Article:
It is self-defeating. It also negates the promise of God’s provision in all circumstances. In the book, “A Dignified Life,” authors Virginia Bell and David Troxel wrote, “We believe that too much attention has been paid to the ‘tragic’ side of Alzheimer’s disease; past books and pamphlets on Alzheimer’s disease include negative labels such as ‘victim,’ ‘the funeral that never ends,’ ‘the mean stage,’ ‘the living death,’ and ‘the worst fate.’ Yet, by dwelling on the negative, it is too easy to victimize people with the illness….Caregivers, too, can be victimized by this attitude….’”

By the time we have finally reached the point where we are able to say to somebody, “I need help,” we have worn ourselves out physically and emotionally. We have beat ourselves up for not being able to “do it all.” We feel inadequate at everything, including caregiving, because there’s just not enough time or energy to go around. We feel like if we were more capable people, we could do it all.

Please understand that I am not trying to get you to feel sorry for us.  No one wants to be pitied, or at least they shouldn’t.  I am just trying to let people know a little about what is really behind the “I’m fine.” Before Byron was diagnosed at age 62, I really had no idea what being a caregiver encompassed, or the conflicting emotions it produced.

Yes, being a caregiver is probably the hardest thing we will ever do, but there are also blessings. (If we have a hard time finding them, we can “reframe” through Scripture preconceived notions about how life is “supposed” to be).We have opportunities to serve and love our family member unconditionally. We have the opportunity to live out faithfully the story we have been given, and to become advocates for our loved ones and all people who suffer from the disease. We can learn to praise God in all circumstances as well as learn to trust and rest in him, just to name a few examples.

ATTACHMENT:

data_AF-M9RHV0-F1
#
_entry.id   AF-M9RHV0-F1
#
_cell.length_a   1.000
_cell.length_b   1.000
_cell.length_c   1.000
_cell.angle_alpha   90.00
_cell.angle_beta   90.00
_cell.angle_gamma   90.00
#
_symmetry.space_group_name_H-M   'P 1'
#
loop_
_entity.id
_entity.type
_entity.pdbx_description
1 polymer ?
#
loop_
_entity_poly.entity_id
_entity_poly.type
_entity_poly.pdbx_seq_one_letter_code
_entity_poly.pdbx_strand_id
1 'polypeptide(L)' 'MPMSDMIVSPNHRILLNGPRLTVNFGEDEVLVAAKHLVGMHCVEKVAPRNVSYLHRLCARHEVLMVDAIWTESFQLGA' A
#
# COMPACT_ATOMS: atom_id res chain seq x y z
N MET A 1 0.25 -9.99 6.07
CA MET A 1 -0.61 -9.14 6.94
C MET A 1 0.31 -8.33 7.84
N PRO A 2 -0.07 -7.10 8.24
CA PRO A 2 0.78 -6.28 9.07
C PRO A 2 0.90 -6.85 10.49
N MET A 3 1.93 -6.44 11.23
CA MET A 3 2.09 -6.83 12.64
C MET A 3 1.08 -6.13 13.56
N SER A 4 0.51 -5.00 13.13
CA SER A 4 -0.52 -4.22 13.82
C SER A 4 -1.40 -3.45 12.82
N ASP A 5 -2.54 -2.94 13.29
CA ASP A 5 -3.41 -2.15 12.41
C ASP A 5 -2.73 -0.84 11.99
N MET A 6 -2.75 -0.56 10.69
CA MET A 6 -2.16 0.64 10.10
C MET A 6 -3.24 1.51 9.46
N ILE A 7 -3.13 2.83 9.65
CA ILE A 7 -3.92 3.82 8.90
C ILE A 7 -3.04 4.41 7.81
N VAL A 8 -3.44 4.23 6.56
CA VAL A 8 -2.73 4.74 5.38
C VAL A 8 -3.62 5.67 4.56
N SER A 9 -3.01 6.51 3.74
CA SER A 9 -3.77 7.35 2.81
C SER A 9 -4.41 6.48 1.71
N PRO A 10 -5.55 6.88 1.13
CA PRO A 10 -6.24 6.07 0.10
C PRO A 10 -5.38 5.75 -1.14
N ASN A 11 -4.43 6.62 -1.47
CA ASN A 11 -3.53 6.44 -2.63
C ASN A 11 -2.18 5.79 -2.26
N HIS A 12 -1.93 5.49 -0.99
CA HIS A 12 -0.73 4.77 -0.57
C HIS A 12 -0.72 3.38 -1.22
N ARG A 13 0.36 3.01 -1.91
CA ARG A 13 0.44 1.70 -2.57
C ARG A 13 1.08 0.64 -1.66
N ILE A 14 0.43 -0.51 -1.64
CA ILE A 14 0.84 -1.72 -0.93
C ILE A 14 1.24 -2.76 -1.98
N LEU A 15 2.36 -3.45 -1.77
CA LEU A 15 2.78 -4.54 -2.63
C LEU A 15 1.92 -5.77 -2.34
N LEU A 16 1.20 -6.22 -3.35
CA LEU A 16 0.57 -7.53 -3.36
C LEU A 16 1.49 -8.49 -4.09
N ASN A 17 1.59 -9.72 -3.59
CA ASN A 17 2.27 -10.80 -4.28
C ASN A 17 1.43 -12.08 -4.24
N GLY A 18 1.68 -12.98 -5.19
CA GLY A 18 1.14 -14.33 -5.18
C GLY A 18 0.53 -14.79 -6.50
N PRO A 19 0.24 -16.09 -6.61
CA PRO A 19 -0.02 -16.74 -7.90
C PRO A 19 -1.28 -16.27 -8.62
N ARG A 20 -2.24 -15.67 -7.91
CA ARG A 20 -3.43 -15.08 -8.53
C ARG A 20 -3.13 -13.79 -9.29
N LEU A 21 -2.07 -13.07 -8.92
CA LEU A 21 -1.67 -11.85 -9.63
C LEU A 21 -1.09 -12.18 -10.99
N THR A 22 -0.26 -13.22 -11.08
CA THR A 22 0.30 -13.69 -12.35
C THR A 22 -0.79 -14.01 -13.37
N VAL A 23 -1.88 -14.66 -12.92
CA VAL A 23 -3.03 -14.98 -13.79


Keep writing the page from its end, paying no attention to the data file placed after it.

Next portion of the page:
Warriors can’t win battles with a negative mindset. We need to try and stay focused, courageous, positive, thankful and determined. We will fail many times, and we need to forgive ourselves and remember that tomorrow is a new day. We can trust God to supply for us what is beyond our own capabilities. “My grace is sufficient for you, for my power is made perfect in weakness” (2 Corinthians 12:9).

Thank goodness for friends, programs and agencies that offer respite care so on occasion so we can get some much-needed time for us to rejuvenate. For a short time, we can relax and just be our regular selves again while we are “off the clock” and know that our loved ones are being well taken care of. Ask for help. If you don’t know where to start, call the Helpline at alz.org 24/7 at 1-800-272-3900. Attend a support group. Go to a workshop. Become educated. Know that you are not alone. 


"Do not fear, for I have redeemed you; I have summoned you by name; you are mine. When you pass through the waters, I will be with you. When you pass through the rivers, they will not sweep over you. When you walk through the fire, you will not be burned; the flames will not set you ablaze. For I am the Lord your God, the Holy One of Israel, your Savior" (Isaiah 43:1-3 NIV).

Tuesday, April 26th at 11:00 - Alzheimer's program